Gross Domestic Product (GDP)
Total annual output of the U.S. economy, measured by its final purchase price.
GDP is divided into four categories, according to the final purchaser:
(See the interactive GDP Diagram.)
The gross domestic product includes enough sub-components that just looking at trends in the bottom line GDP number can give you a misleading idea of what the economy is actually doing.
One example: if a retailer successfully sells a product, the sale will count toward "consumer spending" at its retail price;
if the retailer fails and the product bloats its inventory, it will count toward "business investment" at its wholesale price (i.e. the price the retailer paid for it).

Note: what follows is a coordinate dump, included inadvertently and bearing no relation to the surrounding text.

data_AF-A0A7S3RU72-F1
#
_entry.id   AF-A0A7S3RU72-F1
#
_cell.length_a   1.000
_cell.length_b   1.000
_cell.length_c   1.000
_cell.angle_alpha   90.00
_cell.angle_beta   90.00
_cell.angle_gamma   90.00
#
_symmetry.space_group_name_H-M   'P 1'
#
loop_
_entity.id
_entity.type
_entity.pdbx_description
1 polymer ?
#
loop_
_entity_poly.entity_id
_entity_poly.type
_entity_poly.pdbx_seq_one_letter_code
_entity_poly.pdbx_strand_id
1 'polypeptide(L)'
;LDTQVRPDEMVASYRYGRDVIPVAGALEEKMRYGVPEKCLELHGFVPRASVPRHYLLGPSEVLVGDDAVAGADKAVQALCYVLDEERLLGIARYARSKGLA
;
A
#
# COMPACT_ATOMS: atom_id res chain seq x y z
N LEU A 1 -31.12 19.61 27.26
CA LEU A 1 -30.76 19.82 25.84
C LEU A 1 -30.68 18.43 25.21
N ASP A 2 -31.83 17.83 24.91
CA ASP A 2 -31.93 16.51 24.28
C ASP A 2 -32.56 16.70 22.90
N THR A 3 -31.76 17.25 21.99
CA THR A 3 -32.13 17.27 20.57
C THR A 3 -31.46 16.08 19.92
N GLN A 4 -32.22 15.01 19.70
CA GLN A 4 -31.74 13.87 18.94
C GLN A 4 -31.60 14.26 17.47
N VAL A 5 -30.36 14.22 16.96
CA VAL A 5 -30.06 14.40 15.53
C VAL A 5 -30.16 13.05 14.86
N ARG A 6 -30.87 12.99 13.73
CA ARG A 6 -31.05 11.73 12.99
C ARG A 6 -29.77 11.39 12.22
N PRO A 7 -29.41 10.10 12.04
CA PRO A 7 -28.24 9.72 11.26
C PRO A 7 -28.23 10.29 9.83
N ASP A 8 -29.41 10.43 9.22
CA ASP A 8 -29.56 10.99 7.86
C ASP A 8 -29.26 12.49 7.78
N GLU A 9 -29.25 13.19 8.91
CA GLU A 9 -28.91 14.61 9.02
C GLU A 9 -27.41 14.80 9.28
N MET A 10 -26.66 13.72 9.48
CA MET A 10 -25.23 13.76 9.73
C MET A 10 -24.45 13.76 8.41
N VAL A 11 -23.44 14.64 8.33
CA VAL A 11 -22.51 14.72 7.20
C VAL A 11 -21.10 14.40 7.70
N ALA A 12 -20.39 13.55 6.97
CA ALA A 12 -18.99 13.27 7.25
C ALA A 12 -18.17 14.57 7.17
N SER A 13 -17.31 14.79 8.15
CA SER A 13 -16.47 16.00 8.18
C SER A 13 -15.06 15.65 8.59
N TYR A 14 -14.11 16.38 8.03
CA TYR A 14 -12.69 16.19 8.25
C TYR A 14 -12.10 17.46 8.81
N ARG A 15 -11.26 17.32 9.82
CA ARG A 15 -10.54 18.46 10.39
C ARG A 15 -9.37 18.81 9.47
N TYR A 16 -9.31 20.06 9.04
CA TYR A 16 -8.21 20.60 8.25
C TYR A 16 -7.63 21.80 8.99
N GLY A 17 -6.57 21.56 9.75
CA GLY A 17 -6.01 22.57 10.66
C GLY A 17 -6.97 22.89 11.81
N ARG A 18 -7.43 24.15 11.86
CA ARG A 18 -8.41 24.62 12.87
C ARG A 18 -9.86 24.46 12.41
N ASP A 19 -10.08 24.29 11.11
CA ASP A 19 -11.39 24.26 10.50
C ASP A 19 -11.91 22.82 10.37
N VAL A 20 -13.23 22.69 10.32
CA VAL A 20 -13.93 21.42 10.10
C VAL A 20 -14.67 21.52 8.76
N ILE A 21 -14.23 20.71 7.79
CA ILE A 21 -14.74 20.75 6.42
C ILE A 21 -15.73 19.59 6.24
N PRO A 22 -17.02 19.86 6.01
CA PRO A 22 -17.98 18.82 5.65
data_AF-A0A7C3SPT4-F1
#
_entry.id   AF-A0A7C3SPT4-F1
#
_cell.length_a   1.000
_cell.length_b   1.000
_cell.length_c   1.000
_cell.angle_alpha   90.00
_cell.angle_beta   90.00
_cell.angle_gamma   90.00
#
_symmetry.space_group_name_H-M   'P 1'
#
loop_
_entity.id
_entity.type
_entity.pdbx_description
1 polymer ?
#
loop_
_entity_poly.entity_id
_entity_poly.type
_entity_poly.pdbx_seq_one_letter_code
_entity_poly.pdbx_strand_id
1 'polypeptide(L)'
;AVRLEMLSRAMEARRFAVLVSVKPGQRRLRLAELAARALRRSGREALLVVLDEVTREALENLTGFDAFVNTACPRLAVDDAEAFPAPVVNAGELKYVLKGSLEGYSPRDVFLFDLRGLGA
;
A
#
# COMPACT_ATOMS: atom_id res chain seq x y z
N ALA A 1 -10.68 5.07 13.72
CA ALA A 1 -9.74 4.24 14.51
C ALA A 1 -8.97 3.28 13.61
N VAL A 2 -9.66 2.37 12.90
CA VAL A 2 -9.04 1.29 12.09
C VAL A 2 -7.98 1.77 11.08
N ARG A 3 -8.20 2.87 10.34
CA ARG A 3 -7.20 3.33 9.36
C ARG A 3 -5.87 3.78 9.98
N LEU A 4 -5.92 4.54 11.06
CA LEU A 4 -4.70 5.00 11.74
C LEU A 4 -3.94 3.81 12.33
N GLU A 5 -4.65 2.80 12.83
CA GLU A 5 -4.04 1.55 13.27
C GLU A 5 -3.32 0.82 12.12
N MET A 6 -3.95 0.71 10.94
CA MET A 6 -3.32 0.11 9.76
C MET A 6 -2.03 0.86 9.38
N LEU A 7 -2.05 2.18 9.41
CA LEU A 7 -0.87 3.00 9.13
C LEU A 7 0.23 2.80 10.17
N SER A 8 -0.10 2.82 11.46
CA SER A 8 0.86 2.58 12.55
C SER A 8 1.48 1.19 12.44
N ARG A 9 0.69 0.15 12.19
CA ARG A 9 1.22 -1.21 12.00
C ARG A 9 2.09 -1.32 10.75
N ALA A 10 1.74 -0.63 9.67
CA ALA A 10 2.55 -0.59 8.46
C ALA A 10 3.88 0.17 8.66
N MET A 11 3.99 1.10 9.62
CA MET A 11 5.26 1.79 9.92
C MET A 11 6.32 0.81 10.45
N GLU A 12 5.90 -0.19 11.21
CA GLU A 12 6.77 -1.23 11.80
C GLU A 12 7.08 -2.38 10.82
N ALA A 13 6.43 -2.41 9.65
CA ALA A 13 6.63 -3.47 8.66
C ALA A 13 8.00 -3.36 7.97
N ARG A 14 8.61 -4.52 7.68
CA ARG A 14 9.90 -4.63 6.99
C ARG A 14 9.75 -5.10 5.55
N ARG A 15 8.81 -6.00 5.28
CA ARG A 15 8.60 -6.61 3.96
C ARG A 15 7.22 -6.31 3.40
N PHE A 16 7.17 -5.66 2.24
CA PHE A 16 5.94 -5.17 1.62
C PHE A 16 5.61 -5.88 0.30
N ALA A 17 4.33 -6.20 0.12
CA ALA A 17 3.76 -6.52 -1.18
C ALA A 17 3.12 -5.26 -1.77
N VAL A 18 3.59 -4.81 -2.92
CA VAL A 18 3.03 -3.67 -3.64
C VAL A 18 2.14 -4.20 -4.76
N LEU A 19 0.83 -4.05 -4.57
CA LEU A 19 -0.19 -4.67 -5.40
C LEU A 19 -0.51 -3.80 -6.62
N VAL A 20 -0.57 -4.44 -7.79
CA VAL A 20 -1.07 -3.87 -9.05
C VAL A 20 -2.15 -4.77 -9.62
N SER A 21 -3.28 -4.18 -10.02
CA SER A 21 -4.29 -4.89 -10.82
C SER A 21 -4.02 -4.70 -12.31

Later, when the retailer works off the bloat, the decline in inventory will contribute a negative number toward business investment, officially lowering GDP.
In other words, the GDP calculation can make the start of a recession look better, and the recovery stage look weaker, than they really are.
GDP data is available from the Bureau of Economic Analysis (www.bea.gov).
Also see the definition of Gross National Product.